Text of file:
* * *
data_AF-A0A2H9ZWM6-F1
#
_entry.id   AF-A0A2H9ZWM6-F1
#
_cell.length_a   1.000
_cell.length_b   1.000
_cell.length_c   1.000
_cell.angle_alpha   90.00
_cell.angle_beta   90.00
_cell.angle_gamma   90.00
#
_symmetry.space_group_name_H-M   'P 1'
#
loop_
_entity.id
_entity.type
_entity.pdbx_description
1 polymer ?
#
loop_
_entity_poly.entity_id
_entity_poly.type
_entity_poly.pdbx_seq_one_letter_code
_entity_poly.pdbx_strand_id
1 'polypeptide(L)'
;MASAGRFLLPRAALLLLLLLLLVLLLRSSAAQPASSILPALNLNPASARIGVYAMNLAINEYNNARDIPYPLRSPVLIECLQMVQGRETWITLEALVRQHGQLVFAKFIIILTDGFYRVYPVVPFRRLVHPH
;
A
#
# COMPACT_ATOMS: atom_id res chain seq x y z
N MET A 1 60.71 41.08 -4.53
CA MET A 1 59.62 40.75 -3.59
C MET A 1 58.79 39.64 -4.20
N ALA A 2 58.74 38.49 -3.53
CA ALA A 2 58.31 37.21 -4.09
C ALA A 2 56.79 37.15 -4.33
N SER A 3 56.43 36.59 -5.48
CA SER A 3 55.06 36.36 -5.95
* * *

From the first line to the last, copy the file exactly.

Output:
data_AF-A0A2H9ZWM6-F1
#
_entry.id   AF-A0A2H9ZWM6-F1
#
_cell.length_a   1.000
_cell.length_b   1.000
_cell.length_c   1.000
_cell.angle_alpha   90.00
_cell.angle_beta   90.00
_cell.angle_gamma   90.00
#
_symmetry.space_group_name_H-M   'P 1'
#
loop_
_entity.id
_entity.type
_entity.pdbx_description
1 polymer ?
#
loop_
_entity_poly.entity_id
_entity_poly.type
_entity_poly.pdbx_seq_one_letter_code
_entity_poly.pdbx_strand_id
1 'polypeptide(L)'
;MASAGRFLLPRAALLLLLLLLLVLLLRSSAAQPASSILPALNLNPASARIGVYAMNLAINEYNNARDIPYPLRSPVLIECLQMVQGRETWITLEALVRQHGQLVFAKFIIILTDGFYRVYPVVPFRRLVHPH
;
A
#
# COMPACT_ATOMS: atom_id res chain seq x y z
N MET A 1 60.71 41.08 -4.53
CA MET A 1 59.62 40.75 -3.59
C MET A 1 58.79 39.64 -4.20
N ALA A 2 58.74 38.49 -3.53
CA ALA A 2 58.31 37.21 -4.09
C ALA A 2 56.79 37.15 -4.33
N SER A 3 56.43 36.59 -5.48
CA SER A 3 55.06 36.36 -5.95